Disrupted small-world networks in schizophrenia

Liu, Yong, Liang, Meng, Zhou, Yuan, He, Yong, Hao, Yihui, Song, Ming, Yu, Chunshui, Liu, Haihong, Liu, Zhening and Jiang, Tianzi (2008) Disrupted small-world networks in schizophrenia. Brain, 131 4: 945-961. doi:10.1093/brain/awn018


Author Liu, Yong
Liang, Meng
Zhou, Yuan
He, Yong
Hao, Yihui
Song, Ming
Yu, Chunshui
Liu, Haihong
Liu, Zhening
Jiang, Tianzi
Title Disrupted small-world networks in schizophrenia
Journal name Brain   Check publisher's open access policy
ISSN 0006-8950
1460-2156
Publication date 2008-02-08
Sub-type Article (original research)
DOI 10.1093/brain/awn018
Volume 131
Issue 4
Start page 945
End page 961
Total pages 17
Place of publication Oxford, United Kingdom
Publisher Oxford University Press
Language eng
Formatted abstract
The human brain has been described as a large, sparse, complex network characterized by efficient small-world properties, which assure that the brain generates and integrates information with high efficiency. Many previous neuroimaging studies have provided consistent evidence of ‘dysfunctional connectivity’ among the brain regions in schizophrenia; however, little is known about whether or not this dysfunctional connectivity causes disruption of the topological properties of brain functional networks. To this end, we investigated the topological properties of human brain functional networks derived from resting-state functional magnetic resonance imaging (fMRI). Data was obtained from 31 schizophrenia patients and 31 healthy subjects; then functional connectivity between 90 cortical and sub-cortical regions was estimated by partial correlation analysis and thresholded to construct a set of undirected graphs. Our findings demonstrated that the brain functional networks had efficient small-world properties in the healthy subjects; whereas these properties were disrupted in the patients with schizophrenia. Brain functional networks have efficient small-world properties which support efficient parallel information transfer at a relatively low cost. More importantly, in patients with schizophrenia the small-world topological properties are significantly altered in many brain regions in the prefrontal, parietal and temporal lobes. These findings are consistent with a hypothesis of dysfunctional integration of the brain in this illness. Specifically, we found that these altered topological measurements correlate with illness duration in schizophrenia. Detection and estimation of these alterations could prove helpful for understanding the pathophysiological mechanism as well as for evaluation of the severity of schizophrenia.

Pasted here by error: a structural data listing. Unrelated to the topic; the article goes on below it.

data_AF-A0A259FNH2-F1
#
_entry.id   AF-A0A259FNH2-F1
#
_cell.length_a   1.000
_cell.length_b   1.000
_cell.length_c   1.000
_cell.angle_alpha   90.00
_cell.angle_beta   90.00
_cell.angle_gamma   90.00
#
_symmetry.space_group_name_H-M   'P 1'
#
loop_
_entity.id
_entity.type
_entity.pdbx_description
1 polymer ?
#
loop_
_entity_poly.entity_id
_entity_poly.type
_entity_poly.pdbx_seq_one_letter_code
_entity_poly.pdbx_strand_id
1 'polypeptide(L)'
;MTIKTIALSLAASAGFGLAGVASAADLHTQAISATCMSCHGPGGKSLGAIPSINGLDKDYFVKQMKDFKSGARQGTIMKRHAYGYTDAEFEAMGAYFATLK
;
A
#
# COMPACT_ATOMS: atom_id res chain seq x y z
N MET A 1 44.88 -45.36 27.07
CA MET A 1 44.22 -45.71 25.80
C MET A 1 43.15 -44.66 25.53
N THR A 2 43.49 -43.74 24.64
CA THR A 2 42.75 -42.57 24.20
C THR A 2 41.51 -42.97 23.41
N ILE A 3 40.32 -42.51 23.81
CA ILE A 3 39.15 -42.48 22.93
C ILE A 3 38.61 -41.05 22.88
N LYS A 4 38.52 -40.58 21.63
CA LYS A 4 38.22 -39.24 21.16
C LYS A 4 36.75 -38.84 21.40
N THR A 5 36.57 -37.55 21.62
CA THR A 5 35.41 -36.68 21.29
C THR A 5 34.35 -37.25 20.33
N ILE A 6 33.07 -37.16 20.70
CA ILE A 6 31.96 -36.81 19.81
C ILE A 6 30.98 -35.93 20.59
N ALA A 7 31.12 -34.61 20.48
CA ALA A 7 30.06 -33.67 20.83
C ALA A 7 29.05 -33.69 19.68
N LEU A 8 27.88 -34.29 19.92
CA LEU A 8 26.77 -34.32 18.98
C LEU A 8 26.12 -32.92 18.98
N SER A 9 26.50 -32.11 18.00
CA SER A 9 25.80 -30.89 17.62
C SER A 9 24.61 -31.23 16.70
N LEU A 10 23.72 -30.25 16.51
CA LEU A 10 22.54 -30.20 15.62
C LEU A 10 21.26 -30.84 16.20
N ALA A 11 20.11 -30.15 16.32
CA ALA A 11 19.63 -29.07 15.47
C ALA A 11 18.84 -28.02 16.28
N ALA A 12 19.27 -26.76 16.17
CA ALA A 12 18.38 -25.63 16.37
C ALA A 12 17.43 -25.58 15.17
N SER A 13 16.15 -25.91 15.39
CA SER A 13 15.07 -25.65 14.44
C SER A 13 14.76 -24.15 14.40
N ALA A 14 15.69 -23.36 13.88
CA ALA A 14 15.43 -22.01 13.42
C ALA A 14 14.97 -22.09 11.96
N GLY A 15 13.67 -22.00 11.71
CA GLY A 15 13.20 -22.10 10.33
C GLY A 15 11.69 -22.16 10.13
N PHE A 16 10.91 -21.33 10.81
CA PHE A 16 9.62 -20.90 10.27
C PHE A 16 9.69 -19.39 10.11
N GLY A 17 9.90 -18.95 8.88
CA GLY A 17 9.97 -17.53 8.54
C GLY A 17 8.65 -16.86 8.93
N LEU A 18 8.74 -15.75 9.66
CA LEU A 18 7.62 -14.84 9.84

Q-Index Code C1
Q-Index Status Provisional Code
Institutional Status Non-UQ

Document type: Journal Article
Sub-type: Article (original research)
Collections: Queensland Brain Institute Publications
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Created: Thu, 20 Oct 2011, 14:29:50 EST by Debra McMurtrie on behalf of Queensland Brain Institute